But I'll wait for your next post as I really don't have clue for such advanced things.

    BTW, please explain if you don't care,
    So you could call ZwCreateProcess but couldn't spawn new process, and next tried to put a proper parameter on each register and put a address of NtOpenProcess on EIP, and could execute it and get a handle of whatever process? What does those mean?
     
  5. Gullible Jones

    Gullible Jones Registered Member

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    @Yuki2718: all of it means that I have no clue whatsoever what I'm doing. :)

    EIP is (I thought, maybe not?) the register that stores a pointer to the current function. EAX, EBX, etc. can be used to store the first few arguments to a function, or all arguments if it's a simple function using the FASTCALL convention IIRC. One can also push arguments onto the stack, but I haven't figured out how to do that in GDB.

    Re a debugger that doesn't depend heavily on debug symbols - those already exist. They're called black-box debuggers; as in "this program is a black box with no hints as to the contents" - they're used by e.g. malware analysts to find out what a running program does. In fact the reverse engineering framework Radare, which I've used before (badly and in ignorance), contains such a debugger; so I won't have to try (and probably fail) at writing my own.

    (NB, I have a book on that - Gray Hat Python by Justin Seitz. Without that I wouldn't even know where to start.)

    So now I'm using Radare2, and trying to see if I can inject the right assembly instructions into Chrome to make it do something it shouldn't.

    ... And indeed I've gotten stuff wrong: http://www.cs.virginia.edu/~evans/cs216/guides/x86.html
     
  6. Gullible Jones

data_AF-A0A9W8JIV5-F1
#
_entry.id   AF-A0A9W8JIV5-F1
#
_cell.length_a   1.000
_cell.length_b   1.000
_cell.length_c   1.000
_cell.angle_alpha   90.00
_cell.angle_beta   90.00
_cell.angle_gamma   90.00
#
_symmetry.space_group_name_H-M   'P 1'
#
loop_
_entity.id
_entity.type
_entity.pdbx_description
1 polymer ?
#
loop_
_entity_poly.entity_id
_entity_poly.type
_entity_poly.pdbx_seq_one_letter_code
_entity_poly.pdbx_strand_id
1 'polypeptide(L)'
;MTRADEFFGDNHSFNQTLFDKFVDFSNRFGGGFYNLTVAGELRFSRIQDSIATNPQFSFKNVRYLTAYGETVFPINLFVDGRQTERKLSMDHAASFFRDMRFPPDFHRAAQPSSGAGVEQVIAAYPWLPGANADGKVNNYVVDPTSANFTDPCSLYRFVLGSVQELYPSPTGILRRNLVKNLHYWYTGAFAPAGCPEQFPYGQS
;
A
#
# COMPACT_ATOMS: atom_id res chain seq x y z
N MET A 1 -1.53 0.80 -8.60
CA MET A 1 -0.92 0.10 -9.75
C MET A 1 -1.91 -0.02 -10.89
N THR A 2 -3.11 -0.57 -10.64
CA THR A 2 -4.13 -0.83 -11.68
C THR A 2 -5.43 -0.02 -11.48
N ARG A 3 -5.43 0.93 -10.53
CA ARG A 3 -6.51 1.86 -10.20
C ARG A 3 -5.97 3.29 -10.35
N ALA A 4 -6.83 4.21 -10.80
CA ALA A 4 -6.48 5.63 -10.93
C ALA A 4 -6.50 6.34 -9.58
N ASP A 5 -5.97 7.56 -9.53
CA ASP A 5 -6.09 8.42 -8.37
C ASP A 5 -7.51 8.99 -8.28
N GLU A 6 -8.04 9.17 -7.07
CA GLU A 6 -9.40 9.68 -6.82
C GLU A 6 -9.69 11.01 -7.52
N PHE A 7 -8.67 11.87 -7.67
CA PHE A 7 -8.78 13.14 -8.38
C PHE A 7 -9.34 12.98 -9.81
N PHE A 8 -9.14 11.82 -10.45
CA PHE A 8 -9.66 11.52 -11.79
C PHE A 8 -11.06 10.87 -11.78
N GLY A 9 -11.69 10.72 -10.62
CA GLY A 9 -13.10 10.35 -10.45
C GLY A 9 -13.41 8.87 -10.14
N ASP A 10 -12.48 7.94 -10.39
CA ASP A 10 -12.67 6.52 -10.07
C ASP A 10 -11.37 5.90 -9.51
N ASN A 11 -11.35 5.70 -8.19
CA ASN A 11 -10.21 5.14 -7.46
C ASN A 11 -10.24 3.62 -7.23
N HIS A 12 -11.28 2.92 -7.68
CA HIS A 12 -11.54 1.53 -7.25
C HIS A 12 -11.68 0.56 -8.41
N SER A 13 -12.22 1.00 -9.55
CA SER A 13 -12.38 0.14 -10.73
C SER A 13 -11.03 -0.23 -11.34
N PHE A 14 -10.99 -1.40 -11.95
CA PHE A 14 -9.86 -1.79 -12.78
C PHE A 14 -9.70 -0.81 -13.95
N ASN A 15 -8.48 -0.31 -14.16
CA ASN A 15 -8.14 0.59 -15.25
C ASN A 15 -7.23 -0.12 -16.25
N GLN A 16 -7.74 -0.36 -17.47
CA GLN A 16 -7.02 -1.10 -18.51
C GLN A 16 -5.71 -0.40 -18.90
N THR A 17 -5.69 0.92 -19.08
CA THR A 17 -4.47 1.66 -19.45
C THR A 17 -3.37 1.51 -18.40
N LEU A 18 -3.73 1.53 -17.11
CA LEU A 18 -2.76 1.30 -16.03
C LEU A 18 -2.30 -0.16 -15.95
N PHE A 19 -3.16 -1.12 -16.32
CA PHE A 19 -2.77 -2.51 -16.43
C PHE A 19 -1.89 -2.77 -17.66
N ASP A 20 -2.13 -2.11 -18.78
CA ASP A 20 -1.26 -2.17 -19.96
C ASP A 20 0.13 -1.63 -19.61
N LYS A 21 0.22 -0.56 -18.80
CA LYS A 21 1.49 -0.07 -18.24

Gullible Jones Registered Member

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    So, a note: on Windows as on Linux, bitflags are defined with preprocessor macros, not constants. As such, stuff like

    gdb> call ExitWindowsEx(EWX_FORCE, "Windows has had enough.")

    will not work. Instead you have to do

    gdb> call ExitWindowsEx(0x04, "Windows has REALLY had enough now!")

    and Windows will (in this case) log you out pronto.
     
  7. Yuki2718

    Yuki2718 Registered Member

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    Thanks for kind explanation!
    Humm...my reference about x86 assembly says EIP stores address of "next" function to execute on the assumption branch won't be spawned. But I'm not sure.

    And thanks for ths info about black-box debuggers, I didn't know that.
    So they are basically a kind of reverse-engineering framework.

    Well, another naive question arose in my mind.
    Is all of Chrome code are obfuscated? I think Chromium is not obfuscated as it is open-source, right?
    If Chrome is well-obfuscated, and if I understand it correctly, complete reverse-compiling or reverse-assembling will be impossible. But since what matters for us is sandbox, Chromium will be enough, and now I begin to think, maybe you can also mess in Chromium source code, insert as many as symbols you like, then compile it?
     
  8. Gullible Jones

    Gullible Jones Registered Member

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    Chrome isn't deliberately obfuscated AFAIK, but the Windows build is stripped of debug symbols to reduce its size, and probably heavily optimized as well.

    That doesn't really matter though, since I'm not reverse-engineering it, but rather trying to see what function calls are blocked by its sandbox...
     
  9. lotuseclat79

    lotuseclat79 Registered Member

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    Hi Gullible,

    Have you thought yet about recompiling the software you are going to test with gdb, i.e. that would be all of the software that implements the sandbox of which you would like to test security should be compiled with the -debug switch on in order to generate all of the packages debug symbols.

    With the sandbox's debug symbols being generated by recompiling as suggested, you may be able to get more information out of your exploration.

    Note: I am suggesting you setup a fake website on your own equipment (LAN) to emulate that which you want to test in order to run your tests in a confined environment.

    -- Tom